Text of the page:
High-Reliability Designs Reqire Sophisticated High-Reliability Testing

In doing high-temperature/high-reliability designs, one must read and understand much more than just the data sheet. One cannot just look at the sheet and assume the part is good for, say, 125°C in one's application. Many mil-spec parts are qualified for only 1,000 hours in much of their testing over environmental conditions. This may entail a whole lot of surprises if the device must last for 5,000 hours, 10,000 hours, or even longer.

This may leave one with a whole bunch of dead parts if one does not carefully study the test and qualification data for each piece — not just the base parameters.

In equipment used for heating, ventilation, and air conditioning, components in a rooftop unit will often make one large thermal cycle per day, as well as many smaller cycles or ripples of temperature. Design engineers must manage their own temperature tests on each component used in the product.

Typically, such testing must go through many thousands of thermal cycles to look at how aging breaks down the compounds used to make the part. These tests are intended to simulate the desired 200,000 hours or longer of thermal cycle conditions. Note that similar testing would be done for similar industrial applications, such as commercial ovens and petroleum production (well drilling).

IC molding compounds can break down. Varnishes and conformal coatings on discrete components can dry out and crack. Dendrites (metal whiskers) can form in devices. Metal migration can occur. Metal (or semiconductor material) is pushed out of its original position over time at high temperature and in the presence of sufficient electromotive force (voltage) or current flow.

Inductor and motor magnet wire will deteriorate due to fractures in the enamel or polymer coating. Rubber or plastic insulating jackets on cables or individul wires soften, crack, or dry out. In coaxial cables, the dielectric (insulation between the center conductor and the shield) deteriorates in a similar way. But with coax, this causes an additional problem: The characteristic impedance changes. This can cause additional signal attenuation and a degraded standing wave ratio with the attendant signal refections.

Rubber, plastic, cork, and other gasket materials dry out, crack, and let in water or other contaminants. Mold and fungus attack components and coatings. Humidity penetrates coatings and causes corrosion of components and solder joints. If it can go wrong, it usually does.

What does one do? Life testing — boring and grueling life testing — is often the only solution. For less critical designs, put less expensive electronics on a life-limited part, and replace it at service intervals. What are your experiences with long-life parts? How do you keep things running longer than normally seems possible? What deratings for parts do you consider?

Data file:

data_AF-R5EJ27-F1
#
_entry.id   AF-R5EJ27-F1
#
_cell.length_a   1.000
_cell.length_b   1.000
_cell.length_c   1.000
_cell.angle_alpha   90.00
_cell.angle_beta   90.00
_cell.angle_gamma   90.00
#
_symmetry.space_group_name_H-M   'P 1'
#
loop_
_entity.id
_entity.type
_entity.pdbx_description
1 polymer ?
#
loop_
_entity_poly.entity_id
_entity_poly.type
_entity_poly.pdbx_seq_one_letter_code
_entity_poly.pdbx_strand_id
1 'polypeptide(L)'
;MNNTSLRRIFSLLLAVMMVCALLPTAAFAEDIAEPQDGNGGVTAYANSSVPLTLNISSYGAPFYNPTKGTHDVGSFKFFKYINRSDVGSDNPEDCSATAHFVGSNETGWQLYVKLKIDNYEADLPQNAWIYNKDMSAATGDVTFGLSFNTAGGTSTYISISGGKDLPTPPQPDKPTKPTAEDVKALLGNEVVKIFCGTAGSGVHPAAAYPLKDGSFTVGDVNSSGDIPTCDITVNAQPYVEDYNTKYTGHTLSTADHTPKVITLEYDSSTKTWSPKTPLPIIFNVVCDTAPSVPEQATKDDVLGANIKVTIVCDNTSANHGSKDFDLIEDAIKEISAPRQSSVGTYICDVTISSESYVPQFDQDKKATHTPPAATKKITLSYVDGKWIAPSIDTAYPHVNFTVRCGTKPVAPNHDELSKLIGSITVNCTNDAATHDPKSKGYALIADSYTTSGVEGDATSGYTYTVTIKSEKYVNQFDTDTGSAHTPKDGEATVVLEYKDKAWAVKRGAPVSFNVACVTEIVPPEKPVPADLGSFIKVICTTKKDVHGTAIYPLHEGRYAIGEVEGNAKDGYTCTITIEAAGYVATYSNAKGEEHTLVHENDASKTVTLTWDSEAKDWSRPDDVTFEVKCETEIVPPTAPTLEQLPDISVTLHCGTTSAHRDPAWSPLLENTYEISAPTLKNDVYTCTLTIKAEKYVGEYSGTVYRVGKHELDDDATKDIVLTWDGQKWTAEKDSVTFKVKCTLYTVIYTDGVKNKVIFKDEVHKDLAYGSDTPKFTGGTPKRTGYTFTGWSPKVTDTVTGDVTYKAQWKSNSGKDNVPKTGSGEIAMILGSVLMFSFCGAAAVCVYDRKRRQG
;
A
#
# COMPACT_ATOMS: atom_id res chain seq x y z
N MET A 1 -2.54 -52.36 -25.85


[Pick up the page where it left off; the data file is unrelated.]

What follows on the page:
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17 comments on “High-Reliability Designs Reqire Sophisticated High-Reliability Testing

  1. eafpres
    September 5, 2013

    @William–dead on you are about coaxial cable degradation.  Once had an automotive application that started out using standard RG-174.  Moved to RG-174 with irradiated polyethylene dielectric as it was a little lower loss.  Despite the manufacturer's claims, we had issues in thermal cycling tests.  It was found that the dielectric would undergo a significant shrink in the initital thermal cycling, and this could yank the center wire out of the center pins and other bad results.  Eventually it was found that thermally soaking the cable before cut/strip/assembly made it much more stable.  This requirement was passed down to the manufacturer, and a very unique, low cost cable was born.  Literally hundreds of millions of feet of this stuff are driving around today, without reliability issues.  Without the product level testing, and subsequent process changes, these parts would have failed even though the cable was specified to the required temperature range.

  2. samicksha
    September 6, 2013

    I agree @ eafpres, or we can say Signal Loss, considering skin effect, magnitude of an ac in a conductor decays exponentially, i.e. in a shield of finite thickness, some small amount of current will still be flowing on the opposite surface of the conductor.

  3. BillWM